If you’re reading this, it’s already too late. To click on this page is to open Pandora’s Box. So why not satisfy your curiosity, and chew on a mouthful of my Medium articles? I submit these to a variety of publications, including Illumination, The Writing Cooperative, Frame Rated, and Cinemania.
Gothic mysteries are a particular passion of mine. I devour them onscreen, in print, and have even had a few of my own published. One of my absolute favorites is The Turn of the Screw by Henry James, a spine-tingling novella revered in certain literary circles. It has been adapted several times for the screen, most memorably in director Jack Clayton’s 1961 monochrome gem The Innocents.
The film takes its name from a popular stage adaptation of the novella. William Archibald and John Mortimer’s screenplay was given an additional polish by none other than Truman Capote, which is all the…
For a moment I simply stood over the fawn, uncertain as to how I might be able to save the poor animal, or whether I should try and end its suffering. If I chose the latter option, I knew I would have to do so in front of Olivia, hardly an ideal scenario. I’d have to cover her eyes.
The fawn continued to thrash around in great distress amid the growing puddles of blood. I noticed the mother still lurking nearby in the trees, no doubt torn between leaving her fawn, and also aware of the danger posed by humans…
For much of the rest of the week, the mystery painting was driven from my mind as we settled into our new routine in Elm Lane. There was still a great deal of unpacking to do, but gradually boxes were emptied, shelves were filled, unneeded items were stored in the loft, garage or cellar, and the place began to really feel like home.
Tom’s focus was entirely on his new job, but he seemed happy, especially as business was good and we could expect a significant commission-based Christmas bonus. …
‘I have a painting just like this,’ I said.
‘Oh, really?’ said Melissa.
‘I found it in the loft whilst exploring. It might have been left there by the previous owner.’
‘What did you do with it?’ Jane asked.
‘Well, I quite liked it, so I put it up in the hallway. Elsie has one too…’
‘Mine is not up,’ Elsie put in. ‘I don’t like it.’
‘Yes,’ I continued. ‘Well, anyway, I hear they’re painted by a local artist. What’s her name? Alison Merrifield. …
I stared at Elsie in surprise. ‘You have a painting like that one?’
‘Exactly like it,’ she confirmed.
I sat silently for a moment, intrigued as to why someone would paint the same railway tunnel over and over again. The image was not uncommon, nor was it a great piece of art. Despite this, the painting had a strange sadness, combined with a curious sense of something lingering just outside of view, cloaked in the darkness of that abandoned place.
‘Is that a real place?’ I said.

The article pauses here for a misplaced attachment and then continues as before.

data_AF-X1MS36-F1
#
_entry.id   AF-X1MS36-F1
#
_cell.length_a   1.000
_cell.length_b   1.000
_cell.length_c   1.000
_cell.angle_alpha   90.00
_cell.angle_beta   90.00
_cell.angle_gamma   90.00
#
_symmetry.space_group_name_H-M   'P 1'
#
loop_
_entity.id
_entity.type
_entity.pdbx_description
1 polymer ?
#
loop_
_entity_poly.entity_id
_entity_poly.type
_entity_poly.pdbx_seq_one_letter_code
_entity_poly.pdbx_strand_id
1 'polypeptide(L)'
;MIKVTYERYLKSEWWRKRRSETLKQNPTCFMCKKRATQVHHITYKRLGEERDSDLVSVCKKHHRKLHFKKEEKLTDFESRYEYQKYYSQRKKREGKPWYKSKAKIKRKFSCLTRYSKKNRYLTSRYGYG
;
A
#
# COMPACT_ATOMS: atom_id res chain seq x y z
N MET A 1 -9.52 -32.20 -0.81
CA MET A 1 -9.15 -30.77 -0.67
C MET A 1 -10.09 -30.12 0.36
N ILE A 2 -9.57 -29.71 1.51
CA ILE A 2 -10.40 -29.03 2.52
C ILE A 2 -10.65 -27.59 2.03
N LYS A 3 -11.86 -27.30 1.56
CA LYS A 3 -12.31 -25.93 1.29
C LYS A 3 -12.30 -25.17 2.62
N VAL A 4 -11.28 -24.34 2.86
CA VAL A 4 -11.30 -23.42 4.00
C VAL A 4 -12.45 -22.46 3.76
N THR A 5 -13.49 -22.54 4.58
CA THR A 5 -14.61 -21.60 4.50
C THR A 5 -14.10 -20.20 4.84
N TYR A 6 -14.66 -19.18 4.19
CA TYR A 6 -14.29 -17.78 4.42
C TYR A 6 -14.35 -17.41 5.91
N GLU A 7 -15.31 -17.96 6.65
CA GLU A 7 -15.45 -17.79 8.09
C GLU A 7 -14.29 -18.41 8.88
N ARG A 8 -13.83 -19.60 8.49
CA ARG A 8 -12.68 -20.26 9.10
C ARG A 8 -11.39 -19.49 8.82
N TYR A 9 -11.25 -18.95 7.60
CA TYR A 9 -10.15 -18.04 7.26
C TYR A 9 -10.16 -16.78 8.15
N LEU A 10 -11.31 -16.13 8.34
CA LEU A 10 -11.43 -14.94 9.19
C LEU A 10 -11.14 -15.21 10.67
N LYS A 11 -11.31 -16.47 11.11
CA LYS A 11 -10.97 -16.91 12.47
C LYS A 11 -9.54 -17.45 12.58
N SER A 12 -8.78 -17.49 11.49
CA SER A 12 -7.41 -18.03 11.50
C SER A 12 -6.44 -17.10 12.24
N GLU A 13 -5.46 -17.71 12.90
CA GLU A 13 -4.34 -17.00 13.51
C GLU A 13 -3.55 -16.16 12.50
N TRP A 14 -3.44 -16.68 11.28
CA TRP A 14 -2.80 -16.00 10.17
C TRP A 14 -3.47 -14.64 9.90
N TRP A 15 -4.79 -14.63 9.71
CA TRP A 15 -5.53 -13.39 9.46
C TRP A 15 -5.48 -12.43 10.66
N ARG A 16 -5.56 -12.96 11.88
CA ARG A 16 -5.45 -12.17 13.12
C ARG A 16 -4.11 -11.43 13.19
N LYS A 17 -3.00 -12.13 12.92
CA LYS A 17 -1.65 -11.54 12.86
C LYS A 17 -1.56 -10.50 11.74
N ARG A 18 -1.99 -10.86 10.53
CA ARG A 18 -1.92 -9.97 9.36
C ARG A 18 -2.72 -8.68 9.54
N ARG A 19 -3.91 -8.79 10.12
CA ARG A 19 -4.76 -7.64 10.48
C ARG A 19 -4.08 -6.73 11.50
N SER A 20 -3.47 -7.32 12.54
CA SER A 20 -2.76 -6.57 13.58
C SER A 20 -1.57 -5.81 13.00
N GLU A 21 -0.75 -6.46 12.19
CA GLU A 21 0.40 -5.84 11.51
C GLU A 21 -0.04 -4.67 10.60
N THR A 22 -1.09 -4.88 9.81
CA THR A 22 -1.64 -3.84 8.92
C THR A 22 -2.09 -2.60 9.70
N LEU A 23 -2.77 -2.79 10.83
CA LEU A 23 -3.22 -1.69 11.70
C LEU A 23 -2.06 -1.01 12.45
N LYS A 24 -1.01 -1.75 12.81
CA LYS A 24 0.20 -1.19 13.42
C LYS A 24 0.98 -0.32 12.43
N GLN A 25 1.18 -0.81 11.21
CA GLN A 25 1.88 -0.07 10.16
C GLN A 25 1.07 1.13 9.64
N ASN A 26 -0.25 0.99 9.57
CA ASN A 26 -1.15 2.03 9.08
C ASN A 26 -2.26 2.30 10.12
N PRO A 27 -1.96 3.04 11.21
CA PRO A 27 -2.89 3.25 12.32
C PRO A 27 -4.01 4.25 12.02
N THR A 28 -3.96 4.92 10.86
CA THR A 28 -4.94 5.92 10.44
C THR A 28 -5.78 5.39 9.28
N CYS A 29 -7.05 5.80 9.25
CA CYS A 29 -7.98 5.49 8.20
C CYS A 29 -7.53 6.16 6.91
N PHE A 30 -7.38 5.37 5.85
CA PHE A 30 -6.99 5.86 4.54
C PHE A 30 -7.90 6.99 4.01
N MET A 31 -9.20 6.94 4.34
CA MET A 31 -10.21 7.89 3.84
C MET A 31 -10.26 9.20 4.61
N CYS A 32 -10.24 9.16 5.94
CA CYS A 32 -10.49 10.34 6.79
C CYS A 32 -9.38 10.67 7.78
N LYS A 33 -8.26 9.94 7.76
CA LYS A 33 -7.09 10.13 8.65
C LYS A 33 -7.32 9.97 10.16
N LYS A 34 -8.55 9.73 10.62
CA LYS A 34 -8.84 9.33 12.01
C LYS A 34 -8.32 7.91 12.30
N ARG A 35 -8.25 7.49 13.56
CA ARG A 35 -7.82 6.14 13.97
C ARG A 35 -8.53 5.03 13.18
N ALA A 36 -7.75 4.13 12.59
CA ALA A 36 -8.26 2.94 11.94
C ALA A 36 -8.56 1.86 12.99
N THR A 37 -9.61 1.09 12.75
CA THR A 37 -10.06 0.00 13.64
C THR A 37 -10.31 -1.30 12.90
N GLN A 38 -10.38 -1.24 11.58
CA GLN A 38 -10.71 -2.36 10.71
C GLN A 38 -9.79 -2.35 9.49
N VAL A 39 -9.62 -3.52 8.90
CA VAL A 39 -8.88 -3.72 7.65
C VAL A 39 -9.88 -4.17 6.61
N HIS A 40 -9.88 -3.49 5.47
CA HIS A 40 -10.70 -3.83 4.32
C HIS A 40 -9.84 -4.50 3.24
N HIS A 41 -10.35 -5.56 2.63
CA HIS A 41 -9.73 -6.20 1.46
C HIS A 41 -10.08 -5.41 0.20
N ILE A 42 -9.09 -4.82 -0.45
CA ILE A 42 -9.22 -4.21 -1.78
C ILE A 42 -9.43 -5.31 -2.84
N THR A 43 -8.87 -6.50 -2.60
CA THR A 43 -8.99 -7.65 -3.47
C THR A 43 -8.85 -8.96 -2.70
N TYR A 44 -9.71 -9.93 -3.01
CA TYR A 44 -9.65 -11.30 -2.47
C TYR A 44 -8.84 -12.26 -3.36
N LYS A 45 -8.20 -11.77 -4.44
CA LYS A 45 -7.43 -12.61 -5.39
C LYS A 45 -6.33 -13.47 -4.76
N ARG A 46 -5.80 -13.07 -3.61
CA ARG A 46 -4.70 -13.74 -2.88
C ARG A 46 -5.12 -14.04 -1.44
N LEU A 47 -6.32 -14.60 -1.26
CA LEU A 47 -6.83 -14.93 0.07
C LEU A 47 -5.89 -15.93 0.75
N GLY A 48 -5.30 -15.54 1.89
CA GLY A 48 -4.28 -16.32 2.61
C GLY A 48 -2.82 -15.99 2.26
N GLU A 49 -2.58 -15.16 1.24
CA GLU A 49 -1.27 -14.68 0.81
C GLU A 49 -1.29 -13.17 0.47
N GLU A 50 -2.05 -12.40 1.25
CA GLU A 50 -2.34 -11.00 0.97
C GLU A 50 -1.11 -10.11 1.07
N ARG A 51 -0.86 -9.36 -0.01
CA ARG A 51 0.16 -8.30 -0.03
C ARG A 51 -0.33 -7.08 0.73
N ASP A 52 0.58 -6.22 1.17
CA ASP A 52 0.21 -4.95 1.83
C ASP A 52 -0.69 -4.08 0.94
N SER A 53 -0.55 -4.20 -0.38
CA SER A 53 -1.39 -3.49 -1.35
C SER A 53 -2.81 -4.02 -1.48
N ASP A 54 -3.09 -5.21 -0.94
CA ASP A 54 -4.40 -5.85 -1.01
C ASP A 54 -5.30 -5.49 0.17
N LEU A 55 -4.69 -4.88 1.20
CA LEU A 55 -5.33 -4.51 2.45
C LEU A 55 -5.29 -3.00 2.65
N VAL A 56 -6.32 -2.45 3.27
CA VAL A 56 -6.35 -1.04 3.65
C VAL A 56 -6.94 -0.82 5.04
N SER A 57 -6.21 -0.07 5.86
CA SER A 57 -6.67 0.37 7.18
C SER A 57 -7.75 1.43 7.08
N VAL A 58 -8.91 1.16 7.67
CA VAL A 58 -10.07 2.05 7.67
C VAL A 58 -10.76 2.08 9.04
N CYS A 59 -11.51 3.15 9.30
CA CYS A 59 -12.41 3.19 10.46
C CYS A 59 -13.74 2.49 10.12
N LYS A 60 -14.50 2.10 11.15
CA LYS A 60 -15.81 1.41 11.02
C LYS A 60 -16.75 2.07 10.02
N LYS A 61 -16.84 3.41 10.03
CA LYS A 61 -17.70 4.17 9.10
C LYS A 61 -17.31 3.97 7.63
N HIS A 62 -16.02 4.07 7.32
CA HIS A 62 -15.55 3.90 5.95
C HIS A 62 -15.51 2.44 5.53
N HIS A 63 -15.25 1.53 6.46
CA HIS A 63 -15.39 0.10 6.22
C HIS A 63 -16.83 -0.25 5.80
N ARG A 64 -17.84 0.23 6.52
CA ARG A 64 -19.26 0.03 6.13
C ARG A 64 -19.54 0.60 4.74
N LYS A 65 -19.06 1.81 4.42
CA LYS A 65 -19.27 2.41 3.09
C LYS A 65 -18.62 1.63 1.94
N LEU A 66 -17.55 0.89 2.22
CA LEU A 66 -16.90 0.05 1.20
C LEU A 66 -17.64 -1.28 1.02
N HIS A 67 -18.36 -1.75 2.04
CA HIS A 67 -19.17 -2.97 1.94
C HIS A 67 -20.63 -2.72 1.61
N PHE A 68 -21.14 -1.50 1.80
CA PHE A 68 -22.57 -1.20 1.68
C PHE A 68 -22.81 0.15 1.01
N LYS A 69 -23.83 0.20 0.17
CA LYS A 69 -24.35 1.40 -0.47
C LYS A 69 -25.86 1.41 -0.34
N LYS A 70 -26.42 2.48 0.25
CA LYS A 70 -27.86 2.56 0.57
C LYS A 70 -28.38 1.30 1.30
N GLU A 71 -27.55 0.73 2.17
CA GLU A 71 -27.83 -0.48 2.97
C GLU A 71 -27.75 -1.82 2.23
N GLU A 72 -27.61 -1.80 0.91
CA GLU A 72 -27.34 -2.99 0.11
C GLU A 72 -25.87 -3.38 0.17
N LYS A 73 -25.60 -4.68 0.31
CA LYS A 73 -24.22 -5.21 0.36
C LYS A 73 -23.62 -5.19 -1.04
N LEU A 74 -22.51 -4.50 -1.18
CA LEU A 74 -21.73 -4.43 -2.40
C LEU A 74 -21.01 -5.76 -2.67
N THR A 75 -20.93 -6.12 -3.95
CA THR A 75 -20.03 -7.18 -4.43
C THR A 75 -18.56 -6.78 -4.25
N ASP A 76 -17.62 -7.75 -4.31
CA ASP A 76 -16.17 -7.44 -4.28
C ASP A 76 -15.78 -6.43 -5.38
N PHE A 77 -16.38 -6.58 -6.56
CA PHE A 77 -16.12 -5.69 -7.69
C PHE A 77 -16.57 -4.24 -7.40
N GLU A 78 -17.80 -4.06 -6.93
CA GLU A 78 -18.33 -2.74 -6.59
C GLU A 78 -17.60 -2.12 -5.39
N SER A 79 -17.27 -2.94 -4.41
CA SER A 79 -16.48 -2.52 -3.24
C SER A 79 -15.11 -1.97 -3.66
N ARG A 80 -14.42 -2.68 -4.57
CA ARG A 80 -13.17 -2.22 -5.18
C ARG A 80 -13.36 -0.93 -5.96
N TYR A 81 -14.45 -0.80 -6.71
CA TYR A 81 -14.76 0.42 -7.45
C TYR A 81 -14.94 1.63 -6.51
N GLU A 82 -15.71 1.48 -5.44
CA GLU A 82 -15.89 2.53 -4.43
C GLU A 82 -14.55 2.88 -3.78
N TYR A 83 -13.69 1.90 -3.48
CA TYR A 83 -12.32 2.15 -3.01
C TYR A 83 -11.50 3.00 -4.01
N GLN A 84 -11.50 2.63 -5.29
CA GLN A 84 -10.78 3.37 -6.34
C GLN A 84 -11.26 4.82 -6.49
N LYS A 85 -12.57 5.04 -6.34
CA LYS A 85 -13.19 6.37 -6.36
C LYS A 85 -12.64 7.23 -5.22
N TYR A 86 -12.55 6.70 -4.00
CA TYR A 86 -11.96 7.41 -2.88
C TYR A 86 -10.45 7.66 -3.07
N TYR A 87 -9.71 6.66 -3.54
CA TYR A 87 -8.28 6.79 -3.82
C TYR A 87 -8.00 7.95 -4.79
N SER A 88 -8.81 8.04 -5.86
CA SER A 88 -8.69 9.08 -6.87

‘No idea,’ said Elsie. ‘To be honest, I don’t like that picture. When…
1971 was a red-letter year for thrillers. Whether the thrills concerned police, stalkers, mobsters, serial killers, or deranged truck drivers, these are six of the best, all celebrating their fiftieth birthday.
Springwell, near Plymouth, 1979.
At the time, moving to Springwell seemed like a dream come true. As the final items were unpacked from the removal van, I stood outside our new house and surveyed it, feeling a sense of deep satisfaction. I had finally found a home where I would put down roots, raise my daughter Olivia, and generally enjoy life. I felt invulnerable.
I took deep breaths of the cool, refreshing air. Autumn had truly arrived with golden and brown leaves adorning the ash, oak, elm, and horse chestnut trees that populated the area. I can still recall the…
These days, the run-up to Christmas feels bittersweet. As a young girl, I looked forward to the season with unclouded excitement. Upon reaching adulthood, I adopted a more cynical view. This ancient pagan festival that had once been appropriated by the Church now seemed dominated by capitalist interests. Yet, there came an all too brief time, during the early part of my first marriage, when these misgivings all but vanished, due to becoming a mother. Seeing festive celebrations through the eyes of a child triggered a temporary truce with the more commercial aspects of the season. …
At Easter, Christians around the world celebrate the death and resurrection of Jesus Christ. This has been seen on film many times, in everything from George Stevens’s respectful The Greatest Story Ever Told (1965) to Pier Pasolini’s politically charged The Gospel According to St Matthew (1964), Franco Zeffirelli’s epic Jesus of Nazareth (1977), Martin Scorsese’s speculative and controversial The Last Temptation of Christ (1988), and of course Mel Gibson’s even more controversial, horrifically bloody The Passion of the Christ (2004).
Whether you’re a Christian or not, the human race seems hard-wired for resurrection narratives. It is, therefore, no surprise that…